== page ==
Bridge By The Lake
By Ken Masson
Advances in computer technology have greatly improved the enjoyment for duplicate bridge players. Not only are results known within minutes of the conclusion of the game but the hand records are available for participants to compare their results with the other pairs and see where they could have done better.
The illustrated hand is a good example of how to use this technology to learn from our errors.
More mistakes are made at trick one than at any other point in the play of the hand. A little more care in planning the play after seeing the dummy could have saved the day
In this deal, played at the Lake Chapala Duplicate Bridge Club in Riberas, South opened a perfectly normal 1 diamond. West took advantage of the vulnerability to make an aggressive weak jump overcall of 2 spades. North was full value for his 3 heart bid and East passed. South, with a sure spade stopper closed the bidding with the reasonable call of 3 no trump and West led the jack of spades, the recommended lead from this holding.
Declarer won the opening lead in hand with the spade queen, laid down the heart king followed by the heart 5. When West followed low to the second heart, South called for the jack, hoping the queen was with West. Alas for declarer, East won the trick and promptly switched to his remaining spade, trapping South’s king and allowing West to cash 5 tricks in the suit. On the run of the spades, East signalled that he liked clubs and when West switched to a club the defence was able to come to a total of 8 tricks, defeating the contract by 4 tricks!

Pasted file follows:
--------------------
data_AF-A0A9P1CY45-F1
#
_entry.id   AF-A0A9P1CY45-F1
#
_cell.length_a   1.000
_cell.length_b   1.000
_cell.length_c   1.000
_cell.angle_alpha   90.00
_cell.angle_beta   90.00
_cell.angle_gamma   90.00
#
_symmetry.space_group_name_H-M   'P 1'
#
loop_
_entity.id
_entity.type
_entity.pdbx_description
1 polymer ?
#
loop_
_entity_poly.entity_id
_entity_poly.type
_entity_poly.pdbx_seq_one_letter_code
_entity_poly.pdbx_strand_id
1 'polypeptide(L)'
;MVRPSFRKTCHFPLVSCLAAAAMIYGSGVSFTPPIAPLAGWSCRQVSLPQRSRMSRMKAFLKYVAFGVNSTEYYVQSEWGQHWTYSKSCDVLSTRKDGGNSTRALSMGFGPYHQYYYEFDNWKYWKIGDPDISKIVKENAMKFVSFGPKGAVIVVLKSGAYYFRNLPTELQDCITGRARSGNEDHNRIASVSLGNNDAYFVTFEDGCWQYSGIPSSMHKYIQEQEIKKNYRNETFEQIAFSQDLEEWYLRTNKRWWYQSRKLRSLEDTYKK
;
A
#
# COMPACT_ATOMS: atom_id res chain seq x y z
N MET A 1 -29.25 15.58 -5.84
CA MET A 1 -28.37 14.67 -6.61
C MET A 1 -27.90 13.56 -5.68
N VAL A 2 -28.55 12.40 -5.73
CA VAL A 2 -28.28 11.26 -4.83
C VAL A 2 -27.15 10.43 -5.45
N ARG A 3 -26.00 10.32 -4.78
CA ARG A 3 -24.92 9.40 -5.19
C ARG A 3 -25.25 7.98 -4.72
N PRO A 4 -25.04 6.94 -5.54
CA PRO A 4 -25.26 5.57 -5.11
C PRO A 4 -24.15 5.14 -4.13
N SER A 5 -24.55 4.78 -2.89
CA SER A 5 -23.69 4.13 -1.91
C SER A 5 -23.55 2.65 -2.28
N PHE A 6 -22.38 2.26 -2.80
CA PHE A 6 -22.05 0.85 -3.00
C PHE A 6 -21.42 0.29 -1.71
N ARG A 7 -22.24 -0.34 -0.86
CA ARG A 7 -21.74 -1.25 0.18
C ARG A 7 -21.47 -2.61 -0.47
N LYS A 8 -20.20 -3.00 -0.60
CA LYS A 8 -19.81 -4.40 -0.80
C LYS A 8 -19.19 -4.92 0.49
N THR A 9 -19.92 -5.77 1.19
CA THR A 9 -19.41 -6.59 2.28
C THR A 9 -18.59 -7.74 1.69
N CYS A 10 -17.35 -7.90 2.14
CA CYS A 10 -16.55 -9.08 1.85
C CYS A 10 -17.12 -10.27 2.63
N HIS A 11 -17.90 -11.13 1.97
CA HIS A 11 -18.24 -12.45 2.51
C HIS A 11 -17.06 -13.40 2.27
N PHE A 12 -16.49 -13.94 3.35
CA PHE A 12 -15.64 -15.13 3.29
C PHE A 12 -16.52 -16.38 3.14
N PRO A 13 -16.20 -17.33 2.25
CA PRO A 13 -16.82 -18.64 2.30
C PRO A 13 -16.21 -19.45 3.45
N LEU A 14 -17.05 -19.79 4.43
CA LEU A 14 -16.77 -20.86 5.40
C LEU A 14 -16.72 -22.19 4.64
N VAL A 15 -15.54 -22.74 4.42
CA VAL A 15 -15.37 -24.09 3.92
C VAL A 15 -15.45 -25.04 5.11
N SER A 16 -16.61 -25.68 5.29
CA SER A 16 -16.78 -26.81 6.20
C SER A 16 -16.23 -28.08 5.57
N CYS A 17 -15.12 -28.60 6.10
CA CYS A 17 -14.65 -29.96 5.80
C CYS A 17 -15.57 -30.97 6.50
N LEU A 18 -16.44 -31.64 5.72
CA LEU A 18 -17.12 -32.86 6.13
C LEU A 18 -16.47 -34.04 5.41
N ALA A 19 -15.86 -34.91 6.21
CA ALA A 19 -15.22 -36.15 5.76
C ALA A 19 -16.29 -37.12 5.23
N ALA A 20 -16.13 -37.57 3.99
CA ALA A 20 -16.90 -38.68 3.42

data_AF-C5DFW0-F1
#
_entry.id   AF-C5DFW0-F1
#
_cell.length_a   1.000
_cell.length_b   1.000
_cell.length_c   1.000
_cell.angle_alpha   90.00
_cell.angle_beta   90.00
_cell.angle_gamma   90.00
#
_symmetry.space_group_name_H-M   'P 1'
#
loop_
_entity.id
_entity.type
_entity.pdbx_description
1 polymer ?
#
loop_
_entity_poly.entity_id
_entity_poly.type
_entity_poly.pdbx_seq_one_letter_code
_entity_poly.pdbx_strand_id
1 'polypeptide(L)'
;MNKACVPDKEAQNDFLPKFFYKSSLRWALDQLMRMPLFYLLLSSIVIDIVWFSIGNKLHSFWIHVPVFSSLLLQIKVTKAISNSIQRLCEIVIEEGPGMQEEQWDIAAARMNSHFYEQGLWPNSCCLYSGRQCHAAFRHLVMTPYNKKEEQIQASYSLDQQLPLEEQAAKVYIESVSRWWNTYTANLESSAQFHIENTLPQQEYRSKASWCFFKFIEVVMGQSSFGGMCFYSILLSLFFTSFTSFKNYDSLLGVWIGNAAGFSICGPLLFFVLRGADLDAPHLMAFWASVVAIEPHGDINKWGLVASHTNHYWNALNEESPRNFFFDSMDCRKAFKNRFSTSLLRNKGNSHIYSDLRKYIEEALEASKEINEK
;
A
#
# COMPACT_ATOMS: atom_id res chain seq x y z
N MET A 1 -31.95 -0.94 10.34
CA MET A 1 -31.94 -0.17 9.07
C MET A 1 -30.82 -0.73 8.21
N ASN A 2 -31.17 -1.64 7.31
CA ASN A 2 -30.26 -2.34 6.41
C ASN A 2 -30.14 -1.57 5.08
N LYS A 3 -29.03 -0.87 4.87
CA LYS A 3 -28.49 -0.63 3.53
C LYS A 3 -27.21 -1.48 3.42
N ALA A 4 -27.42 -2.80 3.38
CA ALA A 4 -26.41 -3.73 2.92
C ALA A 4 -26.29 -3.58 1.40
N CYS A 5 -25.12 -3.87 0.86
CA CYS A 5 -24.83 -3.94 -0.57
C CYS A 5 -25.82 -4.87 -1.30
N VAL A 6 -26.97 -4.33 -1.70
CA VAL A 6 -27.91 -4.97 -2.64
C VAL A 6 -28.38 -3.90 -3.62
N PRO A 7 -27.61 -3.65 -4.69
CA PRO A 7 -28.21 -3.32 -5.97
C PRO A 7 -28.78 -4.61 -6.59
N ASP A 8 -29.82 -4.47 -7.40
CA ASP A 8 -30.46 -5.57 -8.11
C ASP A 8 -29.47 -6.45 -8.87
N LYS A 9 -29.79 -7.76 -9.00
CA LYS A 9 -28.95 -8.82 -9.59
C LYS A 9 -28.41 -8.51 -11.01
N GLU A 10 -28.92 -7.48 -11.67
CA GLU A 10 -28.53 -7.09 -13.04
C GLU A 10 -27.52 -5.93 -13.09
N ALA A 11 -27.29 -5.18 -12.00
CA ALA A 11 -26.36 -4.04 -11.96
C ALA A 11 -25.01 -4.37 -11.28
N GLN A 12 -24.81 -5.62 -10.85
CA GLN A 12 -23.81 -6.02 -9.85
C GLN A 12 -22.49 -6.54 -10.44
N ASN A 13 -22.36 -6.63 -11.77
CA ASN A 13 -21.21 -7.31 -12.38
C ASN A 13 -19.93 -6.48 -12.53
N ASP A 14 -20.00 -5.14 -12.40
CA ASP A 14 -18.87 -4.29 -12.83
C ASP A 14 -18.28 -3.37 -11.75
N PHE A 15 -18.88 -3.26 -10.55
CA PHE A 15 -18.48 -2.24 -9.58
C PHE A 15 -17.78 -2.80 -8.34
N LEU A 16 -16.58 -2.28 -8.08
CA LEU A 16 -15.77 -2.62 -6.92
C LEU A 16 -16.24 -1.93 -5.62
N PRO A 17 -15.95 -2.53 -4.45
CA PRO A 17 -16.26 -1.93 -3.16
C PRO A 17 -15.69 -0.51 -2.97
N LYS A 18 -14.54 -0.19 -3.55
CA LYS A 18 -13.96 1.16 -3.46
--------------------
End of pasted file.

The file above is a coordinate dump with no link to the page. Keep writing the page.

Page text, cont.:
Checking the hand record after the game, South saw that the contract could have been made! The weak jump overcall by West was in fact the clue that South needed for it showed a probable six card suit and between 6 and 10 points. Therefore, East was likely to hold 2 spades and at least some of the defence’s high cards. It was imperative to keep East off the lead as long as he had one spade left. The way to do that was to duck the opening lead.
Note the deadly affect of this simple measure. If West continued spades, South could win and take the heart finesse with assurance that East would not be able to return a spade to his partner if he won that trick. The only possible way that East could get to West’s hand was if the latter held the club ace, unlikely on the bidding and in which case the contract would have been hopeless from the start.
Also noteworthy on this deal is the fact that 4 hearts could not make with accurate defence. East-West were always entitled to one spade, one heart and two clubs to put the major suit game down. 3 No Trump was indeed the best contract and all that the declarer had to do was duck the opening lead to make it.
Everyone knows that to make 3 no trump you need to take 9 tricks. Nobody ever said they have to be the first 9!
Column: Bridge by the Lake
Ken Masson has been playing, teaching and writing about bridge for more than 40 years. Originally from Dublin, Ireland, Ken has been living in the Toronto area since 1967. He and his wife and bridge partner Rosemarie have been wintering in Lakeside since 2006. Even after all these years of playing they find bridge to be a constant challenge and enjoy sharing some of their triumphs and mishaps with Ojo readers in each column.